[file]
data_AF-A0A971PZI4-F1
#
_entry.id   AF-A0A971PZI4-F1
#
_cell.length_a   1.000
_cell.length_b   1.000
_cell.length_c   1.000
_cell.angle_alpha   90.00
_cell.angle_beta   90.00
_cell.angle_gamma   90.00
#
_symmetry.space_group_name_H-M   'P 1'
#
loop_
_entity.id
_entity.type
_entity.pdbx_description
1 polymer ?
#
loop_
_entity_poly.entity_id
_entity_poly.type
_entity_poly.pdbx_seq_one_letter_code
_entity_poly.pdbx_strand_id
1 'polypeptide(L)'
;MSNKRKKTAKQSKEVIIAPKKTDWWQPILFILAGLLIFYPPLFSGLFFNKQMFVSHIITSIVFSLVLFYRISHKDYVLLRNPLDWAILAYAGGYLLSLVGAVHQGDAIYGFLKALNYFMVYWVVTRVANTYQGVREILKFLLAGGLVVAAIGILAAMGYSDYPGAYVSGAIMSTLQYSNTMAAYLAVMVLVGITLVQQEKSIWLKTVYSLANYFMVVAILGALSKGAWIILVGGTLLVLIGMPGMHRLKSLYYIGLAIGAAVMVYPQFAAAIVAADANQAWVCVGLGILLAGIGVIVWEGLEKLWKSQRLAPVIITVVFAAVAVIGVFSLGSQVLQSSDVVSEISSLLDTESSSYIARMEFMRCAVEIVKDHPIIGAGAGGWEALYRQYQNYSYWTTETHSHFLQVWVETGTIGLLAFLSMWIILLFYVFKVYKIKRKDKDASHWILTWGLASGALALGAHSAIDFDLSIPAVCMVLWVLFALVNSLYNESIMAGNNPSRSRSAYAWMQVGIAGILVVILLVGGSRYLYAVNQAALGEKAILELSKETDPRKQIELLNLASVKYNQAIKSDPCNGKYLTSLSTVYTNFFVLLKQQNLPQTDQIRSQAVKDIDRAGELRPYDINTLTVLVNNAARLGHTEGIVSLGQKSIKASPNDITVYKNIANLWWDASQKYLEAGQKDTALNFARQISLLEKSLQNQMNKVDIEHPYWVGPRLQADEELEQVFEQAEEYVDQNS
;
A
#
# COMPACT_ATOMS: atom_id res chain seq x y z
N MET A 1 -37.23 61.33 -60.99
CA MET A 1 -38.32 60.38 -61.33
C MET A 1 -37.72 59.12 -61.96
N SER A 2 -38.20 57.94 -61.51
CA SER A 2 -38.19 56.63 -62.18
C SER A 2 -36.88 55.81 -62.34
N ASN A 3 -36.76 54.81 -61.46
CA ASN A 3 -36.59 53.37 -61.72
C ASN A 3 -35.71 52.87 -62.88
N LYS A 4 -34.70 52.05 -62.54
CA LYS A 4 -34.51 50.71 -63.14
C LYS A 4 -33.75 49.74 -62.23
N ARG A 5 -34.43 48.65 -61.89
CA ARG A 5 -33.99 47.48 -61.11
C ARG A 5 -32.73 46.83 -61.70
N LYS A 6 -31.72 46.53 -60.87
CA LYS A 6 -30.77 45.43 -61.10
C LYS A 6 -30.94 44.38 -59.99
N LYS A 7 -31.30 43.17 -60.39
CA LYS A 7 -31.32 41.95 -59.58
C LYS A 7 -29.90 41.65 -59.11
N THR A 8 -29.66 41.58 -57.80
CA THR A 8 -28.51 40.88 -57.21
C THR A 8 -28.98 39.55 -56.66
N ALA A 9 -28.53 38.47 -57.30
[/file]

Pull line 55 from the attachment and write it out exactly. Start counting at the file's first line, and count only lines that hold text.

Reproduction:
N ALA A 9 -28.53 38.47 -57.30